3. Provide employees with insect repellent. Employers should provide outdoor workers with EPA-approved insect repellent that lists DEET or other EPA approved actives as a main ingredient. Workers should be encouraged to help each other apply repellent to hard-to-reach places like the back and neck. Remind employees to apply it to their face and hair as well, especially if they wear hats on the job, as sweat attracts bugs. Encourage employees to reapply repellant according to the instructions (usually every 4-6 hours) and remind them to wait for skin to dry before applying clothing. Homemade and non-tested repellent or remedies should be avoided because they often have little to no impact in repelling mosquitos and could potentially attract bugs instead.
4. Advise workers to wear appropriate clothing. Employees should wear long sleeved clothing that covers their hands, arms, legs and other exposed areas of skin. The clothing should be thick enough to prevent mosquito bites, but if this is not possible because of being in warm weather, workers should at least wear lightweight long sleeved clothing that covers skin.
5. Prevent mosquitos from coming indoors. If workers need fresh air in their work zones, install screens on all windows and doors. Employers should regularly check that screens are free of holes that may allow mosquitoes to enter. Spraying screens with repellant or insecticide can also help reduce mosquitoes getting into the building.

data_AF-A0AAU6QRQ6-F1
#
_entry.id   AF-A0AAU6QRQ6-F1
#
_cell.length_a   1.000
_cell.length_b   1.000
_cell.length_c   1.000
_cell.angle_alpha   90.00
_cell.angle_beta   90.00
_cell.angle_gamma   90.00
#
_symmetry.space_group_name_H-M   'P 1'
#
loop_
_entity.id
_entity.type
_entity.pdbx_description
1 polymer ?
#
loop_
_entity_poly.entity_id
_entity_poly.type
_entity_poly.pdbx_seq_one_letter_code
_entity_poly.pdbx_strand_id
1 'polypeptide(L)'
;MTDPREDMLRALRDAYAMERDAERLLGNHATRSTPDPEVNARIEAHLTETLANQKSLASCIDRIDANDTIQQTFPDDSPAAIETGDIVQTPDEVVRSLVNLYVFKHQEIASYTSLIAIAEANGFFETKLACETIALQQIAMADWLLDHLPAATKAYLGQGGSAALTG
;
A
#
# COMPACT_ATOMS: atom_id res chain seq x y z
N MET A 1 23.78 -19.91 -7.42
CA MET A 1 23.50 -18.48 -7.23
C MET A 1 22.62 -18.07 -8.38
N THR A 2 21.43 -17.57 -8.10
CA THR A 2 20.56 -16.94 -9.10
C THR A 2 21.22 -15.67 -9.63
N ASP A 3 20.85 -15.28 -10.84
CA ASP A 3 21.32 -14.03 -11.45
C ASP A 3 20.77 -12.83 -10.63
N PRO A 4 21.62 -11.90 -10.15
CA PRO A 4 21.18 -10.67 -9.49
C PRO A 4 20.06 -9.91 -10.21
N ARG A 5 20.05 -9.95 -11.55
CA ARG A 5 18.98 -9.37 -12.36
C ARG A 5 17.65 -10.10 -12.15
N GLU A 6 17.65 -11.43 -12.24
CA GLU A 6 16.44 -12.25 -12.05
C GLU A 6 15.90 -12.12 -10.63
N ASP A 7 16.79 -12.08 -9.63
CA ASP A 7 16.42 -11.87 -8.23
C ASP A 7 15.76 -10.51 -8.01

6. Educate employees on disease symptoms. Employers should remind employees to seek medical attention if necessary and provide a list of potential symptoms for various mosquito-borne diseases likely in their area. If the worksite is located in a high-risk zone for a specific disease, workers should see a doctor as soon as symptoms, such as a high fever, appear, rather than waiting to see if the symptoms resolve on their own. Consult a physician for recommendations specific to the area.
7. Schedule workers during certain times of the day. Some mosquitos only bite during the day, others only at night. Find out which type of mosquitoes are common near the worksite or facility to help schedule workers accordingly.
8. Provide additional equipment to keep mosquitos away. If workers need to sleep outside, provide treated mosquito nets. If nets are not treated with mosquito repellant beforehand, employers or workers should spray the nets as soon as they are set up.
A Safer Workplace
Like safety helmets, glasses and gloves, insect repellant is an essential piece of safety gear that keeps employees protected on the job. Adequate preparation, like assessing the area and taking preventive measures against mosquitos, is more cost-effective than expensive disease treatments or the cost of life. Create a healthier, more productive working environment by protecting employees and your organization by putting mosquitos out of work for good.
Teska is a global infection prevention application expert with Diversey, a leader in smart, sustainable solutions for cleaning and hygiene. He holds a BS in chemistry from the University of Wisconsin at Stevens Point and a MBA from Cardinal Stritch University. He is currently working on his doctorate in public health (DrPH).